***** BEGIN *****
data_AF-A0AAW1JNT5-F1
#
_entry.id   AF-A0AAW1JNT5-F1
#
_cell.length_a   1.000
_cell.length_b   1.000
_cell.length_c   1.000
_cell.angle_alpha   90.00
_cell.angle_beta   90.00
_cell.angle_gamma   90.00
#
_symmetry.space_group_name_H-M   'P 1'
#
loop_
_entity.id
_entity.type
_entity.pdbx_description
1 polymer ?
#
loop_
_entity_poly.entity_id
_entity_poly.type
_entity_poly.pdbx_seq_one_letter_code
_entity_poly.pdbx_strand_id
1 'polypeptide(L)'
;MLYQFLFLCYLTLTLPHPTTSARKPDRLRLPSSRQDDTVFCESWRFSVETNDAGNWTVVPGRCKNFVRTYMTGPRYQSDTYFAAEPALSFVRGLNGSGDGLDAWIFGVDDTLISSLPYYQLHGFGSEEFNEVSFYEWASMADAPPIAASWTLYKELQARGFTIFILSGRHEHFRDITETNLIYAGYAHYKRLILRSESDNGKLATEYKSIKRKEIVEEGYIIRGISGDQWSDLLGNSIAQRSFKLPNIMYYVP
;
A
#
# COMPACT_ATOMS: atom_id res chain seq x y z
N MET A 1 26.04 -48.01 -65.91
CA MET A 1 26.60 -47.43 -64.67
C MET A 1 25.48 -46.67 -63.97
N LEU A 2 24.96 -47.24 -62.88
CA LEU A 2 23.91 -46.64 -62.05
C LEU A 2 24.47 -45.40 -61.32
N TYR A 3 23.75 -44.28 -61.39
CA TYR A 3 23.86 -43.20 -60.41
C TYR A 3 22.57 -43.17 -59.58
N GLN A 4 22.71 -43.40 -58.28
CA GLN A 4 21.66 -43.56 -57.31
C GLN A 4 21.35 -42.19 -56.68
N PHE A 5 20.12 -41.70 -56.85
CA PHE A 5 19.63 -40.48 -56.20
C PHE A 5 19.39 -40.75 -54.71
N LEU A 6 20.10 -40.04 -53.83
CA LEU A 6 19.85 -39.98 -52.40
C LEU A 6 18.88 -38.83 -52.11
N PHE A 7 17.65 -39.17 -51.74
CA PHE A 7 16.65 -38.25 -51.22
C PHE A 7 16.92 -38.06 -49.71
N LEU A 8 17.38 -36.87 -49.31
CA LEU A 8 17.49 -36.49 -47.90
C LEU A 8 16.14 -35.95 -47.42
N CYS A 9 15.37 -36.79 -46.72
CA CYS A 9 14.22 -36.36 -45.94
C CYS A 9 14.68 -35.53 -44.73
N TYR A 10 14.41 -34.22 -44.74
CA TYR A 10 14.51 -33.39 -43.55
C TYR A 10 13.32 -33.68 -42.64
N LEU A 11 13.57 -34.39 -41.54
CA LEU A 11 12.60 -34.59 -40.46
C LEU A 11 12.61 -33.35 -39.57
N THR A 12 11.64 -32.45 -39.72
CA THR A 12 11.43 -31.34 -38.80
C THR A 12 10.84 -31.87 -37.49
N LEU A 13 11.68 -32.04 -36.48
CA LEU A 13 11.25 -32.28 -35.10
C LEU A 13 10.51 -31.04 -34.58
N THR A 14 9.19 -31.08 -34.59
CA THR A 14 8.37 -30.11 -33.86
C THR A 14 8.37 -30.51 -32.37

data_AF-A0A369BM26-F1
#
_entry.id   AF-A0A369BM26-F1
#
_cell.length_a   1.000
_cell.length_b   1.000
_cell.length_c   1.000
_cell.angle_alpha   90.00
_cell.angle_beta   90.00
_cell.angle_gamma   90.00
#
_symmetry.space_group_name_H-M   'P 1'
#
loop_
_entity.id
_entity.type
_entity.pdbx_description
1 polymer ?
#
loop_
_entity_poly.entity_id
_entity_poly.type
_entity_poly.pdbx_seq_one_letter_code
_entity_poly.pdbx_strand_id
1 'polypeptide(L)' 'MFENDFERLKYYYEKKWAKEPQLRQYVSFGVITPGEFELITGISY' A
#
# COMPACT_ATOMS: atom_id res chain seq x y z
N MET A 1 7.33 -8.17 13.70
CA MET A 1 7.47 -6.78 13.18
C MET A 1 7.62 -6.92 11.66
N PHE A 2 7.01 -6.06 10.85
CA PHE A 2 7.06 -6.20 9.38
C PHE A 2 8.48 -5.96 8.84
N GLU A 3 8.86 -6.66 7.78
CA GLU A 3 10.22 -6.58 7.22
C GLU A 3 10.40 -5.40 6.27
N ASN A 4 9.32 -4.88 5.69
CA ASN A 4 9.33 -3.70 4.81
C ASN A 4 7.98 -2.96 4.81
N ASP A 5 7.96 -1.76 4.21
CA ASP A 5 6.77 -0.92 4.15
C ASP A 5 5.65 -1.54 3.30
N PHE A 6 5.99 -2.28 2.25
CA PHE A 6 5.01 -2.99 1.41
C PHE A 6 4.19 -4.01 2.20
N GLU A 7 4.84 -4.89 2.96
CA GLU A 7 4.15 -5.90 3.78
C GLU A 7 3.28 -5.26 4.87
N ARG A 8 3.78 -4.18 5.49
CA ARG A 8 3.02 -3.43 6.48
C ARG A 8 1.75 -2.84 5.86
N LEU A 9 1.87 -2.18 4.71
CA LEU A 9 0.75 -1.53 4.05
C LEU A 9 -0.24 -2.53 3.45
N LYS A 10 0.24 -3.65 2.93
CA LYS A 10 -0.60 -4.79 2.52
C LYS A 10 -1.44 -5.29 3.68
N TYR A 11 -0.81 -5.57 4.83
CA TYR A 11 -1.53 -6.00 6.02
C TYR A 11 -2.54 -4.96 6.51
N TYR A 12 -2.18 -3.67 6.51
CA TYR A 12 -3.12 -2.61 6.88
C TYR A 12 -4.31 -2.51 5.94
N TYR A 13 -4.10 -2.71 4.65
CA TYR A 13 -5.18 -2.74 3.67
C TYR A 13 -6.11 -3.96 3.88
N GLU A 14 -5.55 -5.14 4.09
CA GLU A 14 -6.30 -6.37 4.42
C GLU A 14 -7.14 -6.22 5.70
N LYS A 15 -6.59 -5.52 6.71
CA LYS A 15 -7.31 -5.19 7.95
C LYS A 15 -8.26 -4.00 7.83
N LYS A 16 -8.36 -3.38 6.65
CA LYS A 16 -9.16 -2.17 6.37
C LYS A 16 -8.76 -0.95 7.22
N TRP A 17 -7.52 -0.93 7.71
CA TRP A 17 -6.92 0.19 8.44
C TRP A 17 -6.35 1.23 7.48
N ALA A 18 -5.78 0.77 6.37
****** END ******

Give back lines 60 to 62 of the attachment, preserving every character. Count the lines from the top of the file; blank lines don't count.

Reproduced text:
C TYR A 10 13.32 -33.68 -42.64
N LEU A 11 13.57 -34.39 -41.54
CA LEU A 11 12.60 -34.59 -40.46